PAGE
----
Sunday, 27 November 2011

Using 2 PIC micros for a huge input array

After spending some time thinking about a large board game input device - which simply tracks the position of each piece by comparing the current board state to a previously known state - we've decided that a multi-plexed approach will probably be the easiest to implement.

The problem with a multi-plexed approach is that whatever size grid is used determines the number of pins needed (so a 10 x 10 grid needs 10+10=20 i/o pins).

Rather than try the idea out with something simple, then discover it doesn't expand well for bigger/more complex games, we've decided to have a go at quite a complex game, and - if it works - scale it back for simpler board games. For now, we're concentrating on tracking the positions of "dumb" game pieces on the board throughout a game.

One of our favourite geek-games of the 80s was Blood Bowl (which thanks to a console remake being released in 2011 is seeing a bit of revival in recent months). Now, the original Blood Bowl board was a massive 15 x 26 = 390 squares in size.


Obviously, using a PIC with only about 30 spare pins is never going to cut it. So we're back to either using analogue inputs or increasing the i/o pins using shift registers. After much discussion, however, one idea really started to appeal: use two PIC microcontrollers!

This is not only cheaper than implementing a whole array of shift registers, but also gives us a bit more oomph to play with, as we could split game play up over a master and a slave controller.

We're planning on using the master to activate an entire "row" of inputs (the output Port1 in this previous port) but then to start listening on a serial RX pin for a response from the slave. The slave micro simply looks at the input state of all the pins (uC Port2 input in this previous post) and sends this back to the master via serial TX.

Because the master knows which row it activated, it can decode the value received over serial and work out which combination of buttons/inputs were activated. Now, by using 2 x 18F4550 chips, we've up to 30 pins available on each chip and a grid of 30 x 30 inputs (900 squares) is suddenly achievable.

For our Blood Bowl game, we could easily implement a 15 x 26 grid of squares and still have about 15 i/o pins freed up on our master controller (this controlling 15 rows, with the 26 inputs on each column being read by the slave controller). With this in mind, and after much more discussion (and a few more cups of tea and a whole packet of hob-nobs) we reckon we could come up with a generic board game controller which would have:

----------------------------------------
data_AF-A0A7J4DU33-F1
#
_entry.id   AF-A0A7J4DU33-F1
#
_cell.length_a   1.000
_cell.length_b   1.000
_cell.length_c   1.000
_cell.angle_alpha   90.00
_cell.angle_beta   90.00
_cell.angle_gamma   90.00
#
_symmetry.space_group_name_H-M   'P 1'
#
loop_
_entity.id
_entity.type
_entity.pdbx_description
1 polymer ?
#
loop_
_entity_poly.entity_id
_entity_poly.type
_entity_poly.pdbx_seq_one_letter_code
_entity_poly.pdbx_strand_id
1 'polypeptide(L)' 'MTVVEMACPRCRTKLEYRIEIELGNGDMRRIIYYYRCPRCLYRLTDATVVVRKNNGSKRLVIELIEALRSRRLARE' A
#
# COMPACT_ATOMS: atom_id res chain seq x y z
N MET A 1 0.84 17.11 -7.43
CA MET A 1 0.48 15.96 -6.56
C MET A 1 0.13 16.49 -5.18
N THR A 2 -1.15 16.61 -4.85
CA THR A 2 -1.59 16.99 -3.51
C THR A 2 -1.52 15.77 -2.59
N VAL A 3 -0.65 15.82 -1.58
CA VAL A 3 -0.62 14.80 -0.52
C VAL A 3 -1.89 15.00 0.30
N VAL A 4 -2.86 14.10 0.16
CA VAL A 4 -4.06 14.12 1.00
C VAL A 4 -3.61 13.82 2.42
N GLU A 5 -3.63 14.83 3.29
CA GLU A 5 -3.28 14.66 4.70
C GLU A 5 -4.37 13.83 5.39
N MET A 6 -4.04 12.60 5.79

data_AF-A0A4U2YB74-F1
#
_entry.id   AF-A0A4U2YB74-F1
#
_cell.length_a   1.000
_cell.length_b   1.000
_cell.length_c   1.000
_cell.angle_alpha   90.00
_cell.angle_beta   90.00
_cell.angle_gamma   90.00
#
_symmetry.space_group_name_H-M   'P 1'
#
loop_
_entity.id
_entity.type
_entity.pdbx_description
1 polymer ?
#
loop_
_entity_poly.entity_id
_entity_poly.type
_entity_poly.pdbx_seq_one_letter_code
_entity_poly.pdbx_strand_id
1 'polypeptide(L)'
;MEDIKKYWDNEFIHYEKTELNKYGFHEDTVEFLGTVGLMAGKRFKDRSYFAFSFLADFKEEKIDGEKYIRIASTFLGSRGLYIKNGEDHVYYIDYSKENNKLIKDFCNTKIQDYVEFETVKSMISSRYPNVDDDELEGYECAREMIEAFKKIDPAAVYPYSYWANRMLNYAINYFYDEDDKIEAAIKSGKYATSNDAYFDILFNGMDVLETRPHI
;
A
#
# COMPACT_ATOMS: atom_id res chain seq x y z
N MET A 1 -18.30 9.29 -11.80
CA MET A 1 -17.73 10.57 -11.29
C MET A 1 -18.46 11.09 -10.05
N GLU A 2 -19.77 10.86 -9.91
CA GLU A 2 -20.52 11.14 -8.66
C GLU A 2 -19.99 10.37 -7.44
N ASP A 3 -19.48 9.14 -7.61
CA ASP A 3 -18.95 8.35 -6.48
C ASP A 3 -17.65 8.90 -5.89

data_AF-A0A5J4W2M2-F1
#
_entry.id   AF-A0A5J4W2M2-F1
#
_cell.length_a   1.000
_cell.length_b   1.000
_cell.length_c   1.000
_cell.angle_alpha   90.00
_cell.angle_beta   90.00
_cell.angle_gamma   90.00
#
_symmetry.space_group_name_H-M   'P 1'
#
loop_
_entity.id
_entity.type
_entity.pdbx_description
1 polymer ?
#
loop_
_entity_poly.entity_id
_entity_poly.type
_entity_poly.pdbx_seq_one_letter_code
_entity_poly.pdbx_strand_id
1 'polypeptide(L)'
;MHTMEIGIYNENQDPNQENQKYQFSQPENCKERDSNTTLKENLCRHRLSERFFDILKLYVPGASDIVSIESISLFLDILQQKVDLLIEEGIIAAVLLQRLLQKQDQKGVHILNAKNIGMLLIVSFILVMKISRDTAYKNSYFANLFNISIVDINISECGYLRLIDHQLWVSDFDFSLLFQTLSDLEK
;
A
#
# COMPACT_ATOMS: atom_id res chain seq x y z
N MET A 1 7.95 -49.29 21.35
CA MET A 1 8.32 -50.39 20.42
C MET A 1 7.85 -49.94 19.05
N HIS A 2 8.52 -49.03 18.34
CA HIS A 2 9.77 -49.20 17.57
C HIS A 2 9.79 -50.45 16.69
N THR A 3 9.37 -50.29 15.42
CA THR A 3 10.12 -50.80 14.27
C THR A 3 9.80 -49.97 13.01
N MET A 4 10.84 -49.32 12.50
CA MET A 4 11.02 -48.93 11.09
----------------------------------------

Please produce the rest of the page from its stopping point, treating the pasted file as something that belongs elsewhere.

a) support for up to 600 squares (e.g. 20x30 but not necessarily in a square formation)
b) an LCD display for each player/side which can display current game status
c) built-in dice roll and other random-number generators
d) ability to calculate results/outcomes which would otherwise require dice rolls and table look-ups in the rule book

Although we've not actually built anything yet, this is quite an exciting development.
We remember Blood Bowl as being a great game, but bogged down with dice rolling, looking up results in tables, applying modifiers based on the playing piece type and so on. The Third Edition of Blood Bowl tried to do away with a lot of this by using a simpler dice system, but eventually the same thing happened: the immediate action could be resolved quickly (did a particular action succeed or fail) but when this affected another players ability, yet more dice rolls and table look-ups were necessary.

 If we could remove all this dice rolling and referring back to the rule book and introduce a simple interface - so a player could pick up a piece to identify which is being moved, then press a button to say which action they were performing - the microcontroller could do all the random number generating and issue resolving; simply displaying a message on an LCD screen to the user, to inform them of the outcome and what to do next.

Here's how our Blood Bowl game could look with the clever electronics in place: